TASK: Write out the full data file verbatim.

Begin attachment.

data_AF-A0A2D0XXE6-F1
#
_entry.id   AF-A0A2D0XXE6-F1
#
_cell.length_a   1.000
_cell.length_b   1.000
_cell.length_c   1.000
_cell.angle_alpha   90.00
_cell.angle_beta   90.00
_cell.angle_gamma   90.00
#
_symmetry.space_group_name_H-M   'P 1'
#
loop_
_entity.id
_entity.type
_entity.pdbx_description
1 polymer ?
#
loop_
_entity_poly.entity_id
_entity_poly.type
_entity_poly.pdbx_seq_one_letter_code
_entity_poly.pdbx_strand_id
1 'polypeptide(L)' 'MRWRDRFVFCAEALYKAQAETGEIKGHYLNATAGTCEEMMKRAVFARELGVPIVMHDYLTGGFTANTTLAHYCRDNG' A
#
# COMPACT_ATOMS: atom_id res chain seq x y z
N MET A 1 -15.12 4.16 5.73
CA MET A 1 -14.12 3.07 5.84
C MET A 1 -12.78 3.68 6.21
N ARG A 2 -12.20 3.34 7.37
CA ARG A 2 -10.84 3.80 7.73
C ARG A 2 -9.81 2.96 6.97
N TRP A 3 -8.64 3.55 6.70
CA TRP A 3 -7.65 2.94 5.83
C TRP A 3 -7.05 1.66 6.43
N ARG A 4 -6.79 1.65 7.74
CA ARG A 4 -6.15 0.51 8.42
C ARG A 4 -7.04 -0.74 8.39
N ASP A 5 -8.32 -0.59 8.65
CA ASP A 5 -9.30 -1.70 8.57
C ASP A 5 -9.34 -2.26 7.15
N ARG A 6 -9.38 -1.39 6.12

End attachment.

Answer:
data_AF-A0A2D0XXE6-F1
#
_entry.id   AF-A0A2D0XXE6-F1
#
_cell.length_a   1.000
_cell.length_b   1.000
_cell.length_c   1.000
_cell.angle_alpha   90.00
_cell.angle_beta   90.00
_cell.angle_gamma   90.00
#
_symmetry.space_group_name_H-M   'P 1'
#
loop_
_entity.id
_entity.type
_entity.pdbx_description
1 polymer ?
#
loop_
_entity_poly.entity_id
_entity_poly.type
_entity_poly.pdbx_seq_one_letter_code
_entity_poly.pdbx_strand_id
1 'polypeptide(L)' 'MRWRDRFVFCAEALYKAQAETGEIKGHYLNATAGTCEEMMKRAVFARELGVPIVMHDYLTGGFTANTTLAHYCRDNG' A
#
# COMPACT_ATOMS: atom_id res chain seq x y z
N MET A 1 -15.12 4.16 5.73
CA MET A 1 -14.12 3.07 5.84
C MET A 1 -12.78 3.68 6.21
N ARG A 2 -12.20 3.34 7.37
CA ARG A 2 -10.84 3.80 7.73
C ARG A 2 -9.81 2.96 6.97
N TRP A 3 -8.64 3.55 6.70
CA TRP A 3 -7.65 2.94 5.83
C TRP A 3 -7.05 1.66 6.43
N ARG A 4 -6.79 1.65 7.74
CA ARG A 4 -6.15 0.51 8.42
C ARG A 4 -7.04 -0.74 8.39
N ASP A 5 -8.32 -0.59 8.65
CA ASP A 5 -9.30 -1.70 8.57
C ASP A 5 -9.34 -2.26 7.15
N ARG A 6 -9.38 -1.39 6.12